Hard disks are nonvolatile random access secondary data storage devices, i.e. the desired data item can be accessed directly without actually going through or referring to other data items. They store the data on the magnetic surface of hard disk platters.

Platters are made of aluminium alloy or a mixture of glass and ceramic covered with a magnetic coating. Figure 15.32 shows the internal structure of a typical hard disk. As can be seen from the figure, there are a few (two or more) platters stacked on top of each other on a common shaft.

The shaft rotates these platters at speeds of several thousand rpm. Each platter is organized into tracks and sectors (Fig. 15.33), both having a physical address used by the operating system to look for the stored data.

Tracks are concentric circles used to store data. Each track is further subdivided into sectors so that the total numbers of sectors per side of the magnetic disk are the product of the number of tracks per side and the number of sectors per track.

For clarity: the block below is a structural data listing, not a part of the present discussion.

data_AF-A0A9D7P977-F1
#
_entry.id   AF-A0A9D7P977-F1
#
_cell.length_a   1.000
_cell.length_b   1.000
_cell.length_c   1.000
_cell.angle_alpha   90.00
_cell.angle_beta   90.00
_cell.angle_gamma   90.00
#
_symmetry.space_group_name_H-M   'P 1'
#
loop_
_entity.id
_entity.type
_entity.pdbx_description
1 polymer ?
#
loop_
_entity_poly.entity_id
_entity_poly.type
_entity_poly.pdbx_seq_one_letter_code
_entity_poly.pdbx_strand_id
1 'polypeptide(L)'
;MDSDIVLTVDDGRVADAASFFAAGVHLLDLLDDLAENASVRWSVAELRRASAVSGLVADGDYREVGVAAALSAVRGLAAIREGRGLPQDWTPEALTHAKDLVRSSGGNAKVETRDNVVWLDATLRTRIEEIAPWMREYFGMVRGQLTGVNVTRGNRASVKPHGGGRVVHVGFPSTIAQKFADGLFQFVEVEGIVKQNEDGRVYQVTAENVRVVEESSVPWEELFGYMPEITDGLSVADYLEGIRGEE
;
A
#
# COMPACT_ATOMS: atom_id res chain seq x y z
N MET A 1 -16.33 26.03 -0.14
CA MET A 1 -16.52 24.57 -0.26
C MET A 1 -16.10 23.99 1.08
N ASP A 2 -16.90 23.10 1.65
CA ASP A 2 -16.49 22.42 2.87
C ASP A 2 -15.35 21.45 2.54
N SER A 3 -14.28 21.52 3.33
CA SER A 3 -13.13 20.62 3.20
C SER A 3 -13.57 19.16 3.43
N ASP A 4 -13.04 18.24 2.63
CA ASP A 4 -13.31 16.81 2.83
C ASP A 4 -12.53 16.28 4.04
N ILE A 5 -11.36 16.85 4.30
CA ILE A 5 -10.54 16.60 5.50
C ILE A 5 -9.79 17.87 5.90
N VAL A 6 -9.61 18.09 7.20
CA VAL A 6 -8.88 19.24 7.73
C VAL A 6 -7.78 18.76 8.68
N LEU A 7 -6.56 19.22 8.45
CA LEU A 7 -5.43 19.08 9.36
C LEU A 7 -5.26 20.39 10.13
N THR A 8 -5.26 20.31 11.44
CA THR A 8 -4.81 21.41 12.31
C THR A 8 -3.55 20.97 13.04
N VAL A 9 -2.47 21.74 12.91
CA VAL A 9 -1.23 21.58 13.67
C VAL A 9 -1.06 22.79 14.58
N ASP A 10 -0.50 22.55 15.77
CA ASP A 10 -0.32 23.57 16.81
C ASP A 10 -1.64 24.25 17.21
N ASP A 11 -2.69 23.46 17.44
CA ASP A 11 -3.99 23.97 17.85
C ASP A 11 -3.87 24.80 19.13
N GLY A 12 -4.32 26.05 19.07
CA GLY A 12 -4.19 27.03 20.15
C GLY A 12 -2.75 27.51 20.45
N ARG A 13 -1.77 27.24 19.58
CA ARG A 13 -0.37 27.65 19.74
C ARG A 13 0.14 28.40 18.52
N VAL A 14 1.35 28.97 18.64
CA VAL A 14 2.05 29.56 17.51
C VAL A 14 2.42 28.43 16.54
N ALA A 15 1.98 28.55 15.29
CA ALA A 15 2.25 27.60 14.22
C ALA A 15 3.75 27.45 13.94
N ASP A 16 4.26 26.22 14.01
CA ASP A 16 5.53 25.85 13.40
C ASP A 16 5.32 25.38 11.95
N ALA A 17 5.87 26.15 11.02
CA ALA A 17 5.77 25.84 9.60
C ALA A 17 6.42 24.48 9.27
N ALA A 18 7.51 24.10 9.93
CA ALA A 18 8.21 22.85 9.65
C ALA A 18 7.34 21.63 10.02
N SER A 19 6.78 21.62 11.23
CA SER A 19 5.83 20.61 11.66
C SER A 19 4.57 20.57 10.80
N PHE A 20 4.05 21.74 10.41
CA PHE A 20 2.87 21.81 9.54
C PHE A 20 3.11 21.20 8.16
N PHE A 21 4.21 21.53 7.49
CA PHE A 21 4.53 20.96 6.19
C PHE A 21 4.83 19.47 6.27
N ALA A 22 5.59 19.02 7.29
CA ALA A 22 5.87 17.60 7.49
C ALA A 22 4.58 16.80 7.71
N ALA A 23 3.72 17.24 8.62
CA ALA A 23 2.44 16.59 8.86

And if it is a double-sided disk, the total number of sectors gets further multiplied by 2. From known values of the total number of sectors and the number of bytes stored per sector, the storage capacity of the disk in bytes can then be computed.

There is a read/write head on one or both sides of the disk, depending upon whether it is a single sided or a double-sided disk. The head does not physically touch the disk surface; it floats over the surface and is close enough to detect the magnetized data.

The direction or polarization of the magnetic domains on the disk surface is controlled by the direction of the magnetic field produced by the write head according to the direction of the current pulse in the winding. This magnetizes a small spot on the disk surface in the direction of the magnetic field.

A magnetized spot of one polarity represents a binary ‘1’, and that of the other polarity represents a binary ‘0’. One of the most important parameters defining the performance of the hard disk is the size of the disk.

Disks are available in various sizes ranging from 20 GB to as large as 80 GB. Other parameters defining the hard disk performance include seek time and latency time. Seek time is defined as the average time required by the read/write head to move to the desired track.

Latency time is defined as the time taken by the desired sector to spin under the head once the head is positioned over the desired track.

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